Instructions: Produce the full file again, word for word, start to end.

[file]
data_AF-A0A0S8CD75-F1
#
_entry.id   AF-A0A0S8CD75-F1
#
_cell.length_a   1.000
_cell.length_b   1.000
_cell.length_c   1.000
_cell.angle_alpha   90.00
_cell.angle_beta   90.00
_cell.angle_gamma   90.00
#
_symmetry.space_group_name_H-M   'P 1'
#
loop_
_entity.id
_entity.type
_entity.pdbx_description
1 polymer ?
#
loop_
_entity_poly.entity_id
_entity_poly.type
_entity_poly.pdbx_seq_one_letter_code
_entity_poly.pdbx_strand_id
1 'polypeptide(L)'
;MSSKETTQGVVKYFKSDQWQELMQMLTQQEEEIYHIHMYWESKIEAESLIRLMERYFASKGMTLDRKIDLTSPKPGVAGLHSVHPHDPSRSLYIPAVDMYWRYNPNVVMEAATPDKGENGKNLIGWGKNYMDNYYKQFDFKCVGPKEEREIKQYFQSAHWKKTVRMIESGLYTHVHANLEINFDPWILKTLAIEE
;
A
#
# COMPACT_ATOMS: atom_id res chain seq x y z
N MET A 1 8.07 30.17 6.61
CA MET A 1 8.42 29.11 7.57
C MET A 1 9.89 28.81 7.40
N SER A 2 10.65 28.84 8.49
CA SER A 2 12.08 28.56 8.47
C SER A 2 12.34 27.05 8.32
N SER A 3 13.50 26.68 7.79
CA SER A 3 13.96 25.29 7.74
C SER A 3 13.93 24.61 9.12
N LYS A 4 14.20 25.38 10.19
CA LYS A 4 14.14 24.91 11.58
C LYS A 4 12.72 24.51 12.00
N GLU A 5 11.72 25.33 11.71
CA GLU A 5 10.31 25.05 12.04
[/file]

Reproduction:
data_AF-A0A0S8CD75-F1
#
_entry.id   AF-A0A0S8CD75-F1
#
_cell.length_a   1.000
_cell.length_b   1.000
_cell.length_c   1.000
_cell.angle_alpha   90.00
_cell.angle_beta   90.00
_cell.angle_gamma   90.00
#
_symmetry.space_group_name_H-M   'P 1'
#
loop_
_entity.id
_entity.type
_entity.pdbx_description
1 polymer ?
#
loop_
_entity_poly.entity_id
_entity_poly.type
_entity_poly.pdbx_seq_one_letter_code
_entity_poly.pdbx_strand_id
1 'polypeptide(L)'
;MSSKETTQGVVKYFKSDQWQELMQMLTQQEEEIYHIHMYWESKIEAESLIRLMERYFASKGMTLDRKIDLTSPKPGVAGLHSVHPHDPSRSLYIPAVDMYWRYNPNVVMEAATPDKGENGKNLIGWGKNYMDNYYKQFDFKCVGPKEEREIKQYFQSAHWKKTVRMIESGLYTHVHANLEINFDPWILKTLAIEE
;
A
#
# COMPACT_ATOMS: atom_id res chain seq x y z
N MET A 1 8.07 30.17 6.61
CA MET A 1 8.42 29.11 7.57
C MET A 1 9.89 28.81 7.40
N SER A 2 10.65 28.84 8.49
CA SER A 2 12.08 28.56 8.47
C SER A 2 12.34 27.05 8.32
N SER A 3 13.50 26.68 7.79
CA SER A 3 13.96 25.29 7.74
C SER A 3 13.93 24.61 9.12
N LYS A 4 14.20 25.38 10.19
CA LYS A 4 14.14 24.91 11.58
C LYS A 4 12.72 24.51 12.00
N GLU A 5 11.72 25.33 11.71
CA GLU A 5 10.31 25.05 12.04